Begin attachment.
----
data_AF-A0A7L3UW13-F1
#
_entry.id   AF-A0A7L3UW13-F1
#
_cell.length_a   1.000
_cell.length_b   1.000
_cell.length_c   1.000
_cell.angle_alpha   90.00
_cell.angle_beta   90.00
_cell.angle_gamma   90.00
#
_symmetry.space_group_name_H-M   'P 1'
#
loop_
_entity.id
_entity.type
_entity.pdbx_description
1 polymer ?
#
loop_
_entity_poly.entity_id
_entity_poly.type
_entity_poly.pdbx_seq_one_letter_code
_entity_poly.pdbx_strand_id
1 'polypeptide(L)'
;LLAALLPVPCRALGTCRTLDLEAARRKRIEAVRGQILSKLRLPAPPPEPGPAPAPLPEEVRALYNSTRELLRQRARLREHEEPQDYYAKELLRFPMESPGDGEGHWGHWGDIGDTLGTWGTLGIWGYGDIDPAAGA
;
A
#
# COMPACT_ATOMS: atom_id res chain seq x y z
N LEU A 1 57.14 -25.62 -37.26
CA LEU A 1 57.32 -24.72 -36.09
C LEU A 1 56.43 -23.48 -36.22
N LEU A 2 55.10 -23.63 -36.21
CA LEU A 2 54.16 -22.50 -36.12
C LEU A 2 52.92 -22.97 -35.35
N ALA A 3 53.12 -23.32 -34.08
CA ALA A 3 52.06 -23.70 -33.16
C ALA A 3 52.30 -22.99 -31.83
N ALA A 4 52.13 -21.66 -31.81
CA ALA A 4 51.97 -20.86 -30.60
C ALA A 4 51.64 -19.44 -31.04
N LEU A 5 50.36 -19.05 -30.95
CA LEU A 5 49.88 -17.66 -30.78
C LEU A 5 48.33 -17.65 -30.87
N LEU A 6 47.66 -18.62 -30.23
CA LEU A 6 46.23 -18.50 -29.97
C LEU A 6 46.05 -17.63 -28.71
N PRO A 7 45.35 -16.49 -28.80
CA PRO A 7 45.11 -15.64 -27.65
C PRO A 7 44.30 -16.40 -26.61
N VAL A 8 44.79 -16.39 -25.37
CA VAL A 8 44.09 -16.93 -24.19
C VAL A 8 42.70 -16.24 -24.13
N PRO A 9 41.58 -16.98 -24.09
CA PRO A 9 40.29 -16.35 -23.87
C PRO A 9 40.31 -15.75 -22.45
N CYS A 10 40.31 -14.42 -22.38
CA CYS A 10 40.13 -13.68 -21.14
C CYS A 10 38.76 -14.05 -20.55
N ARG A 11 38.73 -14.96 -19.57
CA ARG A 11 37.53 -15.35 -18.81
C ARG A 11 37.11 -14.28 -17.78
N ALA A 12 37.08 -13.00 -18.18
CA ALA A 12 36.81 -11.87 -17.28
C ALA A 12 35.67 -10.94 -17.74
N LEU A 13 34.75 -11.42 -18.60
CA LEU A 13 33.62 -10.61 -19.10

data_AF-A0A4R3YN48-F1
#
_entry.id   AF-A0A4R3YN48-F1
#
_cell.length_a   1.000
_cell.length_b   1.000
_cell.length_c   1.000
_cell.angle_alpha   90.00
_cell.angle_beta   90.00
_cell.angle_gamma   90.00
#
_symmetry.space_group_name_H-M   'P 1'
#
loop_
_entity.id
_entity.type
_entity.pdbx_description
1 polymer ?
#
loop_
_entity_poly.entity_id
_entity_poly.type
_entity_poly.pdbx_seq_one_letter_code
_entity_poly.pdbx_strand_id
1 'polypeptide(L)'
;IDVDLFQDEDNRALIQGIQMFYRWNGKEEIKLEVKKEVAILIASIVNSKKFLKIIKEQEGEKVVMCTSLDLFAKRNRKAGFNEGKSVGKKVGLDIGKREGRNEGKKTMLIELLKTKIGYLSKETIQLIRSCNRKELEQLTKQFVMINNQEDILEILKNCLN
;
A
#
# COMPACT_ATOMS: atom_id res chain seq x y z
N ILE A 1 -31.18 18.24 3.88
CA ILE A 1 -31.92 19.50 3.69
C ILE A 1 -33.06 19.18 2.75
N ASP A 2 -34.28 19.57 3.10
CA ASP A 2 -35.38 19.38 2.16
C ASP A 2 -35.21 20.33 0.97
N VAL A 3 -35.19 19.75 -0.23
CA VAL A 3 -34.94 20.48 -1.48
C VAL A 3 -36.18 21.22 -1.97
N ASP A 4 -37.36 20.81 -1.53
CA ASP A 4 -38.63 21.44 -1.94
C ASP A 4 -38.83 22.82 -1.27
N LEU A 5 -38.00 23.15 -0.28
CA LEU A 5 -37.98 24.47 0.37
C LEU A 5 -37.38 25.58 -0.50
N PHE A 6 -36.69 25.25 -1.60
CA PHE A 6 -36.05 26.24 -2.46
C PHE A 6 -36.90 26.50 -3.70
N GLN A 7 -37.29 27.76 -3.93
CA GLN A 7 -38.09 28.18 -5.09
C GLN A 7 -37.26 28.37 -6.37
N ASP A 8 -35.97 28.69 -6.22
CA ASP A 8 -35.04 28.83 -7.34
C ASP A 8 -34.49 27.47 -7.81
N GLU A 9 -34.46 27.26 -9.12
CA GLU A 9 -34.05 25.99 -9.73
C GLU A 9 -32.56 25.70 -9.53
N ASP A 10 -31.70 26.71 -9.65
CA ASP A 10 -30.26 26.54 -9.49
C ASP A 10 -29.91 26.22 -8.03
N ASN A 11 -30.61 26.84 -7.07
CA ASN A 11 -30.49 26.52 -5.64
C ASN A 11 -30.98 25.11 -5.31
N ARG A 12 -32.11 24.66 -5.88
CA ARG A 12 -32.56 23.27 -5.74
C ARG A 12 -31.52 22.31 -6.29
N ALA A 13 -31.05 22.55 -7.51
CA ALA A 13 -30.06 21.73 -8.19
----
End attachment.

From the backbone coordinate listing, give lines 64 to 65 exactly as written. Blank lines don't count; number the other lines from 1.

N ALA A 12 37.08 -13.00 -18.18
CA ALA A 12 36.81 -11.87 -17.28